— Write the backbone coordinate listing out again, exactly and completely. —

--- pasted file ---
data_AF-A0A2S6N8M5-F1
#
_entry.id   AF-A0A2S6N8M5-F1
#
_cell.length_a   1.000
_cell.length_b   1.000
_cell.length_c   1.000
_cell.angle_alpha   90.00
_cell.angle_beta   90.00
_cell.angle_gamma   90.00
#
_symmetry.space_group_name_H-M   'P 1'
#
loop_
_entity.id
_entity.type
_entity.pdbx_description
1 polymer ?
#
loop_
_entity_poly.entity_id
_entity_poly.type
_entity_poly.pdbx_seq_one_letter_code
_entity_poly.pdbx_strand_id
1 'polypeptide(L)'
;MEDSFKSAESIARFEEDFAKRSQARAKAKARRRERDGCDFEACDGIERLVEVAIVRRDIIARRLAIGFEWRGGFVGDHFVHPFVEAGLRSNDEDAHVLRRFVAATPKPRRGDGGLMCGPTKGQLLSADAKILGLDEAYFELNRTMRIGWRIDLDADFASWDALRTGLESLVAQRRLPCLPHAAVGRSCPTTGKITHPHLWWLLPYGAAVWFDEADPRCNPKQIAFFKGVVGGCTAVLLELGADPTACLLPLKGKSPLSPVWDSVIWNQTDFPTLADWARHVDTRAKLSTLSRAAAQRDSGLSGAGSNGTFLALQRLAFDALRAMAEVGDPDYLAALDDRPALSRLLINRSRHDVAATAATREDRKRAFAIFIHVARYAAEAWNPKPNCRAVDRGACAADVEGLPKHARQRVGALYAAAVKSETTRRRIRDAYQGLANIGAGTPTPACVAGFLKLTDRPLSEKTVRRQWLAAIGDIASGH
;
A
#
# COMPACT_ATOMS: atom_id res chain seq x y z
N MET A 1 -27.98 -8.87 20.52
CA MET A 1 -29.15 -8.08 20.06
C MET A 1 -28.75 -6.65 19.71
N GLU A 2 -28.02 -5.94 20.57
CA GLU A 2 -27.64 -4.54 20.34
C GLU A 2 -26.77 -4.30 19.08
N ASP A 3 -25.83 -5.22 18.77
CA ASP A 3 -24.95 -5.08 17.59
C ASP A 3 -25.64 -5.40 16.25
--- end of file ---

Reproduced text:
data_AF-A0A2S6N8M5-F1
#
_entry.id   AF-A0A2S6N8M5-F1
#
_cell.length_a   1.000
_cell.length_b   1.000
_cell.length_c   1.000
_cell.angle_alpha   90.00
_cell.angle_beta   90.00
_cell.angle_gamma   90.00
#
_symmetry.space_group_name_H-M   'P 1'
#
loop_
_entity.id
_entity.type
_entity.pdbx_description
1 polymer ?
#
loop_
_entity_poly.entity_id
_entity_poly.type
_entity_poly.pdbx_seq_one_letter_code
_entity_poly.pdbx_strand_id
1 'polypeptide(L)'
;MEDSFKSAESIARFEEDFAKRSQARAKAKARRRERDGCDFEACDGIERLVEVAIVRRDIIARRLAIGFEWRGGFVGDHFVHPFVEAGLRSNDEDAHVLRRFVAATPKPRRGDGGLMCGPTKGQLLSADAKILGLDEAYFELNRTMRIGWRIDLDADFASWDALRTGLESLVAQRRLPCLPHAAVGRSCPTTGKITHPHLWWLLPYGAAVWFDEADPRCNPKQIAFFKGVVGGCTAVLLELGADPTACLLPLKGKSPLSPVWDSVIWNQTDFPTLADWARHVDTRAKLSTLSRAAAQRDSGLSGAGSNGTFLALQRLAFDALRAMAEVGDPDYLAALDDRPALSRLLINRSRHDVAATAATREDRKRAFAIFIHVARYAAEAWNPKPNCRAVDRGACAADVEGLPKHARQRVGALYAAAVKSETTRRRIRDAYQGLANIGAGTPTPACVAGFLKLTDRPLSEKTVRRQWLAAIGDIASGH
;
A
#
# COMPACT_ATOMS: atom_id res chain seq x y z
N MET A 1 -27.98 -8.87 20.52
CA MET A 1 -29.15 -8.08 20.06
C MET A 1 -28.75 -6.65 19.71
N GLU A 2 -28.02 -5.94 20.57
CA GLU A 2 -27.64 -4.54 20.34
C GLU A 2 -26.77 -4.30 19.08
N ASP A 3 -25.83 -5.22 18.77
CA ASP A 3 -24.95 -5.08 17.59
C ASP A 3 -25.64 -5.40 16.25